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  • BrettyBoy
    BrettyBoy Community member Posts: 7 Connected
    Hi @BrettyBoy

    I've merged this thread with your existing one, as discussion covers similar themes.  Also, I've edited out use of an offensive term due to it's homophobic connotations.  Please be mindful of the language you use and how others could perceive it when constructing posts.  

    As per our house rules, the following content is not allowed on the community:
    • impersonating someone
    • against the law
    • harassing, inaccurate, defamatory, abusive, disrespectful, offensive, pornographic, racist, sexist, threatening, vulgar, obscene, hateful or otherwise inappropriate
    • insensitive
    • misleading
    • dangerous to others
    • advertising
    • crowdfunding or asking for money
    • infringing copyright
    • personal information not suitable for public viewing like address, email or phone number
    • not relevant to the community
    • medical advice
    Looks like I’m too socially unacceptable even for here. 
    YouTube.com/BrettyBoy200
  • Cher_Alumni
    Cher_Alumni Scope alumni Posts: 5,741 Disability Gamechanger
    @BrettyBoy Ah, I'm sorry you got that impression.  You most definitely are accepted and welcome here, but we have a duty to keep this an inclusive space for everyone - as such, where words may be offensive to others they aren't permitted.  I hope you understand  :)
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  • BrettyBoy
    BrettyBoy Community member Posts: 7 Connected
    @BrettyBoy Ah, I'm sorry you got that impression.  You most definitely are accepted and welcome here, but we have a duty to keep this an inclusive space for everyone - as such, where words may be offensive to others they aren't permitted.  I hope you understand  :)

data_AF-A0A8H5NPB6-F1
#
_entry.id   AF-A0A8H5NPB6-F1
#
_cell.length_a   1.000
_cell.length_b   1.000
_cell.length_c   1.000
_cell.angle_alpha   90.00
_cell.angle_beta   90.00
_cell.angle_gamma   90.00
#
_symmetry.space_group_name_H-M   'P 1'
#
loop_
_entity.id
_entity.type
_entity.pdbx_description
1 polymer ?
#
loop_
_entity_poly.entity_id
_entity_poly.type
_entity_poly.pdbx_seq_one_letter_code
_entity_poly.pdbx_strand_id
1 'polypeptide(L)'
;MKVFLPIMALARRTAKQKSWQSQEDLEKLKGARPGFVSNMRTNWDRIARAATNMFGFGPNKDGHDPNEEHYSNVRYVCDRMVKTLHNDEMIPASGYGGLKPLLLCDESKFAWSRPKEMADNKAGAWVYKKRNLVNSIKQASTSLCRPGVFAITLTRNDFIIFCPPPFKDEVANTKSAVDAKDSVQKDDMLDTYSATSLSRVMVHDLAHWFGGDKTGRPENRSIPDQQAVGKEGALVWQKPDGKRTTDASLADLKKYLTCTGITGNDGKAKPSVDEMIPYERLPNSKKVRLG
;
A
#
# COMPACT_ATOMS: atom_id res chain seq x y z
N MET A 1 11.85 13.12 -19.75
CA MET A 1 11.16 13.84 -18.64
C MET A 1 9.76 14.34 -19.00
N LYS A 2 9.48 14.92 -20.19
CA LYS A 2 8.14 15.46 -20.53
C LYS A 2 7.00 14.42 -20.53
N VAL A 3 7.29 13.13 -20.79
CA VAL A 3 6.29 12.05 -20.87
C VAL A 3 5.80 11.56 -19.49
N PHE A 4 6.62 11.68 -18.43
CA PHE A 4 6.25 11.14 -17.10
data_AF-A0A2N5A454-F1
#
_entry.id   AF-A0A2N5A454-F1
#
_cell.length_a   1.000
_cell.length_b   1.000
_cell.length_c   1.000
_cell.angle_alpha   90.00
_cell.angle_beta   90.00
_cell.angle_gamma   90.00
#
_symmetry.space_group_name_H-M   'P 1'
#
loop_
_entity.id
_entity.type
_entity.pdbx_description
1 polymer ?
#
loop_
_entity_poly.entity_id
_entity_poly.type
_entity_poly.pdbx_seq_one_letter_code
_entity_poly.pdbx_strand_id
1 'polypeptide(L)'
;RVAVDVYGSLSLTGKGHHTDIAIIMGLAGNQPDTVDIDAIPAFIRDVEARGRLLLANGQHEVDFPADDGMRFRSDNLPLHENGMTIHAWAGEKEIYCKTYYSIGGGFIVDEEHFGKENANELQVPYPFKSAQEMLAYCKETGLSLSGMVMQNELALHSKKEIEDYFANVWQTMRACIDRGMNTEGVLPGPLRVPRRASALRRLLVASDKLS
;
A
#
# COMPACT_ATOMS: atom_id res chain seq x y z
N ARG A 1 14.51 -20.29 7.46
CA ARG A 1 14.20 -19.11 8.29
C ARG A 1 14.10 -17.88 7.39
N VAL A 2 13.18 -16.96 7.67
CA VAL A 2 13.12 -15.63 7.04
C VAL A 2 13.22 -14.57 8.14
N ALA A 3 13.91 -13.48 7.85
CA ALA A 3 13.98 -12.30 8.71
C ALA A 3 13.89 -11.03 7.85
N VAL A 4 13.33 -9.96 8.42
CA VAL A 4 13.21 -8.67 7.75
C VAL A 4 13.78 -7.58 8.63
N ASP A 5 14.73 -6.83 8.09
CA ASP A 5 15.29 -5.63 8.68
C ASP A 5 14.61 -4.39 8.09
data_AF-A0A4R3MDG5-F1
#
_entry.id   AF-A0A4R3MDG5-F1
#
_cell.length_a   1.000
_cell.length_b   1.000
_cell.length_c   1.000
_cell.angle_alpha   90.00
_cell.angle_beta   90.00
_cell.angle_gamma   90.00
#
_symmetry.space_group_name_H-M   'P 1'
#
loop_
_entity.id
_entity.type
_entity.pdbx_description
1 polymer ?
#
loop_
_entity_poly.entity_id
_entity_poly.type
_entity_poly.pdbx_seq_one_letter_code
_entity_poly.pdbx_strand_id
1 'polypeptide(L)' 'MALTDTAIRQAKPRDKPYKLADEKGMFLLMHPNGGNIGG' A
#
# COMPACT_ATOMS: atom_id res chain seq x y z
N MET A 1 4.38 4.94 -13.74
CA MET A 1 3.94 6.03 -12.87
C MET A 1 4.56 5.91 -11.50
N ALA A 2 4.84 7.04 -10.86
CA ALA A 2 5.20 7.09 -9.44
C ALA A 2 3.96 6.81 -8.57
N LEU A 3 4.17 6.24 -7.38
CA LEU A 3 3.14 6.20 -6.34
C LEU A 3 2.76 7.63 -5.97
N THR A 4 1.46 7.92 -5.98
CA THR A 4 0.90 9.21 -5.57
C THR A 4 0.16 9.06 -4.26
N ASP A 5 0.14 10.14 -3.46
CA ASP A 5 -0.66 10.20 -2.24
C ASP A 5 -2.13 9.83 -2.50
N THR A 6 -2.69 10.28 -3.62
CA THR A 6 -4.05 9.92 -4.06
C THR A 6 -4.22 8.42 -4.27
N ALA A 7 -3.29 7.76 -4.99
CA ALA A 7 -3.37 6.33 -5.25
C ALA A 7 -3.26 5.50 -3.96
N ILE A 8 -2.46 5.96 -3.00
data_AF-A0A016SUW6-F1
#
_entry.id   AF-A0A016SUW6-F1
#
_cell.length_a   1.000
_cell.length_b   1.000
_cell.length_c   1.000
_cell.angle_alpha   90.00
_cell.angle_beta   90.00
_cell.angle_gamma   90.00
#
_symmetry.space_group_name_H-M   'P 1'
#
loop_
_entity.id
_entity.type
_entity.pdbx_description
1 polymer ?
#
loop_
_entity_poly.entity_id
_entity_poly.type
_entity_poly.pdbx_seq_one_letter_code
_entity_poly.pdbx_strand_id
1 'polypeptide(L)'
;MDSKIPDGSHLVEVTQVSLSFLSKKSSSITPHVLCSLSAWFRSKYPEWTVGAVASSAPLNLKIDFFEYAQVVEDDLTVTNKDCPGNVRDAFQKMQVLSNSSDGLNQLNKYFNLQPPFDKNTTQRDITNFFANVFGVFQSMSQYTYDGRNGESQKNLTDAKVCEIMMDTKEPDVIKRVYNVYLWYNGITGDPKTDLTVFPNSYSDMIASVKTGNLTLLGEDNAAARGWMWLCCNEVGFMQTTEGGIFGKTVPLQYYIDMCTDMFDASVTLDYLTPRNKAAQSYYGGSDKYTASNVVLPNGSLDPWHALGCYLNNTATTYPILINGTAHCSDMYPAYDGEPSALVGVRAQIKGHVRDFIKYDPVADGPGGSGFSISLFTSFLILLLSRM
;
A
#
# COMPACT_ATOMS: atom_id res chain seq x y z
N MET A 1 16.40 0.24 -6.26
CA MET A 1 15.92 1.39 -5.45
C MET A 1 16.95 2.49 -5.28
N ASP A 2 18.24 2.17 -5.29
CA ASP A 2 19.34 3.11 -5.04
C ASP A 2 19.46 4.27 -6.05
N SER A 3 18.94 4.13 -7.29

What I mean by socially unacceptable is that I say stuff a lot of people don’t like, I don’t think it’s a bad thing though because it’s freedom of speech.
    YouTube.com/BrettyBoy200
  • spankie76
    spankie76 Community member Posts: 30 Connected
    @Cher_Scope thank you for sharing the BBC article. As a 44 year old who has recently been told I have AS, I myself have misconceptions which have come from what adults believed in the 80s. I am now working through them and starting to accept that I'm not a wrong one I just think differently?
  • spankie76
    spankie76 Community member Posts: 30 Connected
    @BrettyBoy it's not that you're socially unaccepted, ive suffered the same my whole life feeling like I never fit anywhere and being excluded from things just because others don't get it. I personally think as much as neurotypical people need to understand neurodiverse people alot more, we also have to understand ourselves and try and help others understand there's more than one way of thinking.